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Christianity, says J. P. Moreland in Kingdom Triangle (still hugely relevant ten years later), is a knowledge tradition. But we’re experiencing a crisis of both knowledge and thought. Many people reading here will be surprised at the thought that it even matters; most will be shocked to read how utterly central it is to New Testament teaching. That in itself indicates the depth of our need to know more.

Knowledge, Experiential and Factual

We need the experiential knowledge: knowing God Himself, knowing His work in our lives, knowing what it means to serve Him, knowing what it is to trust Him in every circumstance. That’s familiar enough language in the Church these days.

But we need another kind of knowledge as well: facts and skills. Facts? Really? Yes, of course. For one thing, to know God truly one must know truth about God. But there’s more. I’ll illustrate again. You’ve heard about the “Dark Ages”? How Christianity suppressed the growth of knowledge for centuries, until the Enlightenment finally set science free? That the Church has always been against the growth of science?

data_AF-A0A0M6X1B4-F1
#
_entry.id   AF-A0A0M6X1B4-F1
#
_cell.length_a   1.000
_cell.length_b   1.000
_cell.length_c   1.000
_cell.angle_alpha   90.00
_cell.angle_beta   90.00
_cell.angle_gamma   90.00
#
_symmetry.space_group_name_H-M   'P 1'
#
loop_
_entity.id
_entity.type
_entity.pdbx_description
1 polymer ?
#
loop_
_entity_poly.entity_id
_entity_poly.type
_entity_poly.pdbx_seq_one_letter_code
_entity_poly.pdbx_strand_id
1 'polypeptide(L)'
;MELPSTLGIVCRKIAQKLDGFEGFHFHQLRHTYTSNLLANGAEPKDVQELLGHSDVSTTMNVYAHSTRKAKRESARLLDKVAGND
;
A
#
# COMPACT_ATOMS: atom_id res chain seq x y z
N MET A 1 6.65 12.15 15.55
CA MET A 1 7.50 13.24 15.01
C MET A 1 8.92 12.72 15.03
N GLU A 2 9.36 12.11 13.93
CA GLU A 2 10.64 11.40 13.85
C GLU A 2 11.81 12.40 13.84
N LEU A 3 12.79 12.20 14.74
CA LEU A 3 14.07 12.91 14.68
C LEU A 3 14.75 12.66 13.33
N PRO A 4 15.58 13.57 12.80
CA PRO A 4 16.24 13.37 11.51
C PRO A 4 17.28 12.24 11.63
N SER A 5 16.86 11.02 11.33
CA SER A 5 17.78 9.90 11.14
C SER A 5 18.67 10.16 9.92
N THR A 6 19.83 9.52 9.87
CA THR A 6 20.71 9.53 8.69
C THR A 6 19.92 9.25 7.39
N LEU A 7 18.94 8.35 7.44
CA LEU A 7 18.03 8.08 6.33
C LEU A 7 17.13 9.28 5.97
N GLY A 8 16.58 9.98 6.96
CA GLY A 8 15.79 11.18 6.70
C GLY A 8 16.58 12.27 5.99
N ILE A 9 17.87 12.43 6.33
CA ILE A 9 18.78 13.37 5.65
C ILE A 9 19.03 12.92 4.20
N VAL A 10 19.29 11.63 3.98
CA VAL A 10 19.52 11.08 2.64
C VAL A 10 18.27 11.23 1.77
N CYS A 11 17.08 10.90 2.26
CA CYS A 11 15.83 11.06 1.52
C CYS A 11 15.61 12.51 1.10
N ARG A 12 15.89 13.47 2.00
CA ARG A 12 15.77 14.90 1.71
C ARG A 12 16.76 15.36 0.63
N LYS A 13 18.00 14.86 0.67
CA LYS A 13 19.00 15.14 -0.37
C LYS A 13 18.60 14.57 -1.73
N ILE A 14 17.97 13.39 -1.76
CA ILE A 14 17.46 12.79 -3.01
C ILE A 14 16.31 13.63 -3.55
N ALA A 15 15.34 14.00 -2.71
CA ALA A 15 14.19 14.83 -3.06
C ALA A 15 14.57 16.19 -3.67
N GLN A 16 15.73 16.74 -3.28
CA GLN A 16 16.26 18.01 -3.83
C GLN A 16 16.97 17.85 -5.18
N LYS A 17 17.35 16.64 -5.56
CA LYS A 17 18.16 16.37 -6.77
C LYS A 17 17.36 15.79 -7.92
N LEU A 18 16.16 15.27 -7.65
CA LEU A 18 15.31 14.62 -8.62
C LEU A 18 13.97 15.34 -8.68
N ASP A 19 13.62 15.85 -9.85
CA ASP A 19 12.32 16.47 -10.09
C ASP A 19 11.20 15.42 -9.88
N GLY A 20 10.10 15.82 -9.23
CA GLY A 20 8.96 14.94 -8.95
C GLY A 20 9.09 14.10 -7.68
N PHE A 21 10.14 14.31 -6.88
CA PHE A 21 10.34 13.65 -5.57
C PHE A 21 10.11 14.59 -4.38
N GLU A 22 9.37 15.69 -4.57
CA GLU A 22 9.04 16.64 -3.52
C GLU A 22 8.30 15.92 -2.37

We have to know, so that we can explain. We have to take responsibility.

Absolute rubbish, historically speaking. No credible historian believes a word of that anymore. Not one word. But the belief still prevails in textbooks and in schools, and it turns many away from the faith. How do we answer? We have to take responsibility: We have to know, in order to explain.

Another illustration, this time from ethics. Spend any time in social media and you’ll hear, “Jesus never mentioned homosexuality.” “The Old Testament says, ‘Don’t eat shellfish,’ so why do you pay attention to what it says about sex?” “The Bible knows nothing of today’s science, so why pay attention to what it says about marriage?”

Answering the False Information Attack